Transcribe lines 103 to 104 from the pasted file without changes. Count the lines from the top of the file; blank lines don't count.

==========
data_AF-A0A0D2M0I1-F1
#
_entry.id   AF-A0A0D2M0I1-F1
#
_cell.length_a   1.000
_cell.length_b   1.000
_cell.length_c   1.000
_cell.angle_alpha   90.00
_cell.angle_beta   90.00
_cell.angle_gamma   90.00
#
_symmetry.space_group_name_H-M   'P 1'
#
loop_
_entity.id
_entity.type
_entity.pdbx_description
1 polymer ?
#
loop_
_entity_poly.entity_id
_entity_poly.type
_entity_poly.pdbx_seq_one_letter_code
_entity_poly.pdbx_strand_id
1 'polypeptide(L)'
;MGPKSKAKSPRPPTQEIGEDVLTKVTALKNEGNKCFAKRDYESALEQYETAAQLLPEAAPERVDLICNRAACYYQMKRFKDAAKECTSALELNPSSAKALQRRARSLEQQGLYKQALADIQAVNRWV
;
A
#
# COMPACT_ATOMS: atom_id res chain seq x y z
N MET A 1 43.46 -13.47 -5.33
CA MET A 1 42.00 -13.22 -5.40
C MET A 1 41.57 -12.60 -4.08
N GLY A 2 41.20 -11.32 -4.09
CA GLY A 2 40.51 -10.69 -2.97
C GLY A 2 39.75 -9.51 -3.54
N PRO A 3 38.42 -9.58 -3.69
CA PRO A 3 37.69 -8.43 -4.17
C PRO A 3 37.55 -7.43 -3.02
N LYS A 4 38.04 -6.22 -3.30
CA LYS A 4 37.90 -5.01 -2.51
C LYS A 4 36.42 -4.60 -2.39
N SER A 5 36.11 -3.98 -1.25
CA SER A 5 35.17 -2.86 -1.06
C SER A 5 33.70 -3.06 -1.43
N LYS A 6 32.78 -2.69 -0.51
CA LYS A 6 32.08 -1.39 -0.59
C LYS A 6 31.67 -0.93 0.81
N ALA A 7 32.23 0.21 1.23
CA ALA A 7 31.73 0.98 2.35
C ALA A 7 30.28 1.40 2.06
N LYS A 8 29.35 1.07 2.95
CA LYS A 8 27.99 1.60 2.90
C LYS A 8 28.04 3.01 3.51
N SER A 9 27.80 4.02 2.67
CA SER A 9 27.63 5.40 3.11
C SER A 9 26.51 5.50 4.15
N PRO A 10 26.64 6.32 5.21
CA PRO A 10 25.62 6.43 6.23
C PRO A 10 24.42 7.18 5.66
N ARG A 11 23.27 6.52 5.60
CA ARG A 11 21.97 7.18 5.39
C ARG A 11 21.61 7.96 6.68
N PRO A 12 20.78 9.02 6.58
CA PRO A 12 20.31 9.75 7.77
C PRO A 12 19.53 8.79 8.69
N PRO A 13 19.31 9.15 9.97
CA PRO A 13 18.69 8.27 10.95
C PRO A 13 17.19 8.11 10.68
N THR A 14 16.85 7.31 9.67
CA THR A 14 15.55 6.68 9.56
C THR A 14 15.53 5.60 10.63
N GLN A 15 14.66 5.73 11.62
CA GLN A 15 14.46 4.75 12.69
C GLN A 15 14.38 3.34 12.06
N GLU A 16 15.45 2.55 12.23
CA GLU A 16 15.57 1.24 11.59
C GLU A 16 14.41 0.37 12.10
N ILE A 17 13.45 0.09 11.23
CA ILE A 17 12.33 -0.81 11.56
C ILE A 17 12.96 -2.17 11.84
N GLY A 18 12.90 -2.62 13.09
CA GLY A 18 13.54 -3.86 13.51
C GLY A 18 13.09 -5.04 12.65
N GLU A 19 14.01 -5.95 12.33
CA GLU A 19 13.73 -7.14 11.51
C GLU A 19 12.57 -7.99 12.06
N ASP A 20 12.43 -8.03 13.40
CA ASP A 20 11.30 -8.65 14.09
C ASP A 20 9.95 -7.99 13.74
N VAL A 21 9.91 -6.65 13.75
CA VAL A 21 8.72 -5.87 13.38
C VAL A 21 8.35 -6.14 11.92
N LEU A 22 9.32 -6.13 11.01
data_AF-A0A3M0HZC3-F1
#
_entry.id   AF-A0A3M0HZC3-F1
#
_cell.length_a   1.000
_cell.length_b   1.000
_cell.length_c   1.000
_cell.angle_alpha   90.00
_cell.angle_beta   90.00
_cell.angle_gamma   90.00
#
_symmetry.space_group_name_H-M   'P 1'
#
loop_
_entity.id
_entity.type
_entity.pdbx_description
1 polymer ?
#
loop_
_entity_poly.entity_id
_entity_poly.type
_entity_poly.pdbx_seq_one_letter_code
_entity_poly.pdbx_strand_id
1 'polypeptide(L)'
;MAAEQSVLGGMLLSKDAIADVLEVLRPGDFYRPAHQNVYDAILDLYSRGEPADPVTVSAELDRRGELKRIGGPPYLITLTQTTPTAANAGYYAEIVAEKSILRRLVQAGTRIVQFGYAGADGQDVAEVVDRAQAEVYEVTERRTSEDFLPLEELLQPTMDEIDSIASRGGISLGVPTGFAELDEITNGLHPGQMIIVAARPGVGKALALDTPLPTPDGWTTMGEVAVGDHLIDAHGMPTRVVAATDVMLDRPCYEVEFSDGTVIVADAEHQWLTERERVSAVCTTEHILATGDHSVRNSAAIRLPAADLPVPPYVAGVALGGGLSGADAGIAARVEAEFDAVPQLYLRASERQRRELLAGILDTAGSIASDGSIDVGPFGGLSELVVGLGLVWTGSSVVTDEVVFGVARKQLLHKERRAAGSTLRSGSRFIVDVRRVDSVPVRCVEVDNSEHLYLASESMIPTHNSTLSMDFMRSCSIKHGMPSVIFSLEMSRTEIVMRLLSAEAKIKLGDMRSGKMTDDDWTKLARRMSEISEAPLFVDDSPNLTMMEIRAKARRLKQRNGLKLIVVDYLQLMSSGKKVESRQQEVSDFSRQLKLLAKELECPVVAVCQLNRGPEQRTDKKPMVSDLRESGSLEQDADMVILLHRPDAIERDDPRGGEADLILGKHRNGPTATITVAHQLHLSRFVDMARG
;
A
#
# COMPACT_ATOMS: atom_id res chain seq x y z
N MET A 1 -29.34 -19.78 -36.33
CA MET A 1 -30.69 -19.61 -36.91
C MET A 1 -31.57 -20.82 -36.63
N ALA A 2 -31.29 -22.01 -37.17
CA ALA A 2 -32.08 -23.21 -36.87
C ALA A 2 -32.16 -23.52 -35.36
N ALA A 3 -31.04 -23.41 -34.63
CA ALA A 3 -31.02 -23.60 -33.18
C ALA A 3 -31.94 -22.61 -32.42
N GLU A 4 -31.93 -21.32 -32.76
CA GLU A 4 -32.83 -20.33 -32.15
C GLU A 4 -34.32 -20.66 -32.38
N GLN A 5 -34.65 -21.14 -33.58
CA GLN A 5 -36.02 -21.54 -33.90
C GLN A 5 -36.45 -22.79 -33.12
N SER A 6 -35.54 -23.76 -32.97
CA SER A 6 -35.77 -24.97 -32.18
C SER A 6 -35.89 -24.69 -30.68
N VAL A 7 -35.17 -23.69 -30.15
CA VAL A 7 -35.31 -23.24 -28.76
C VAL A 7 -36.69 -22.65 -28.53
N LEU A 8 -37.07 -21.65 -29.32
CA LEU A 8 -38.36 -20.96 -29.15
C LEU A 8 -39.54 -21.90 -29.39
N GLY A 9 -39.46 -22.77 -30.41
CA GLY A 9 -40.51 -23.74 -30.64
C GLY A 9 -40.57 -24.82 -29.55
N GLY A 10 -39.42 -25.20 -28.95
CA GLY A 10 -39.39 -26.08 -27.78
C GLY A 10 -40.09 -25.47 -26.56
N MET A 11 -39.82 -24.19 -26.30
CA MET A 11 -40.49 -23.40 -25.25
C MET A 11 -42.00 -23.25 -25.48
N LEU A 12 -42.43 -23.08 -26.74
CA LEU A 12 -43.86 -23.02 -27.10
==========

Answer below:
_cell.angle_beta   90.00
_cell.angle_gamma   90.00